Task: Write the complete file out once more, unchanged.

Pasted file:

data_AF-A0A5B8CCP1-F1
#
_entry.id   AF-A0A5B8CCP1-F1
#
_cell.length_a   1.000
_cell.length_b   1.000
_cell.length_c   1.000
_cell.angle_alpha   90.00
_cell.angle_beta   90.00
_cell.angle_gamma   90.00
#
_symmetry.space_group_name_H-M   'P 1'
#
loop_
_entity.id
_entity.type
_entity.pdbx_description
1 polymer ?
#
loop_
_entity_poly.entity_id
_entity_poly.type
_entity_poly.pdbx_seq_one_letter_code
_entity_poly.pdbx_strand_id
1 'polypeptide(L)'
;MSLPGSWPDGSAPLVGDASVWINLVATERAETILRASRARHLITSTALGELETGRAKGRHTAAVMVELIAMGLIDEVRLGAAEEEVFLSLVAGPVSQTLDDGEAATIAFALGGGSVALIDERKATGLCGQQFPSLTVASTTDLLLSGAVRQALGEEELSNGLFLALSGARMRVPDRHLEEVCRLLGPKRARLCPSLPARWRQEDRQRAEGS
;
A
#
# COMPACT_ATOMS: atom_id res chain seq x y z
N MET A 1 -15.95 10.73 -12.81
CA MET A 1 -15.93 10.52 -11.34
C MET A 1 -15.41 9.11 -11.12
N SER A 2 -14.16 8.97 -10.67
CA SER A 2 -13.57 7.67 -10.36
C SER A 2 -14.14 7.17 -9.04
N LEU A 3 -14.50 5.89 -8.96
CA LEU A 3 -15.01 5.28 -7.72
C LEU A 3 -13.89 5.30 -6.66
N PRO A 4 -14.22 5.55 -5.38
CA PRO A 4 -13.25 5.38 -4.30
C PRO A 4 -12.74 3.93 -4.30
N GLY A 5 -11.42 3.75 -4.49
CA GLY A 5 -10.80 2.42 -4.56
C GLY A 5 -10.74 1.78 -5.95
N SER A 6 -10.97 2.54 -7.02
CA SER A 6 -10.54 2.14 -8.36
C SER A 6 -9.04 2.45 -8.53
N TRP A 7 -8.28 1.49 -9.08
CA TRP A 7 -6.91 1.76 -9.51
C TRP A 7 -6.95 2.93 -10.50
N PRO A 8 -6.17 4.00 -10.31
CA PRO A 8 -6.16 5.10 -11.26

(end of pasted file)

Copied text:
data_AF-A0A5B8CCP1-F1
#
_entry.id   AF-A0A5B8CCP1-F1
#
_cell.length_a   1.000
_cell.length_b   1.000
_cell.length_c   1.000
_cell.angle_alpha   90.00
_cell.angle_beta   90.00
_cell.angle_gamma   90.00
#
_symmetry.space_group_name_H-M   'P 1'
#
loop_
_entity.id
_entity.type
_entity.pdbx_description
1 polymer ?
#
loop_
_entity_poly.entity_id
_entity_poly.type
_entity_poly.pdbx_seq_one_letter_code
_entity_poly.pdbx_strand_id
1 'polypeptide(L)'
;MSLPGSWPDGSAPLVGDASVWINLVATERAETILRASRARHLITSTALGELETGRAKGRHTAAVMVELIAMGLIDEVRLGAAEEEVFLSLVAGPVSQTLDDGEAATIAFALGGGSVALIDERKATGLCGQQFPSLTVASTTDLLLSGAVRQALGEEELSNGLFLALSGARMRVPDRHLEEVCRLLGPKRARLCPSLPARWRQEDRQRAEGS
;
A
#
# COMPACT_ATOMS: atom_id res chain seq x y z
N MET A 1 -15.95 10.73 -12.81
CA MET A 1 -15.93 10.52 -11.34
C MET A 1 -15.41 9.11 -11.12
N SER A 2 -14.16 8.97 -10.67
CA SER A 2 -13.57 7.67 -10.36
C SER A 2 -14.14 7.17 -9.04
N LEU A 3 -14.50 5.89 -8.96
CA LEU A 3 -15.01 5.28 -7.72
C LEU A 3 -13.89 5.30 -6.66
N PRO A 4 -14.22 5.55 -5.38
CA PRO A 4 -13.25 5.38 -4.30
C PRO A 4 -12.74 3.93 -4.30
N GLY A 5 -11.42 3.75 -4.49
CA GLY A 5 -10.80 2.42 -4.56
C GLY A 5 -10.74 1.78 -5.95
N SER A 6 -10.97 2.54 -7.02
CA SER A 6 -10.54 2.14 -8.36
C SER A 6 -9.04 2.45 -8.53
N TRP A 7 -8.28 1.49 -9.08
CA TRP A 7 -6.91 1.76 -9.51
C TRP A 7 -6.95 2.93 -10.50
N PRO A 8 -6.17 4.00 -10.31
CA PRO A 8 -6.16 5.10 -11.26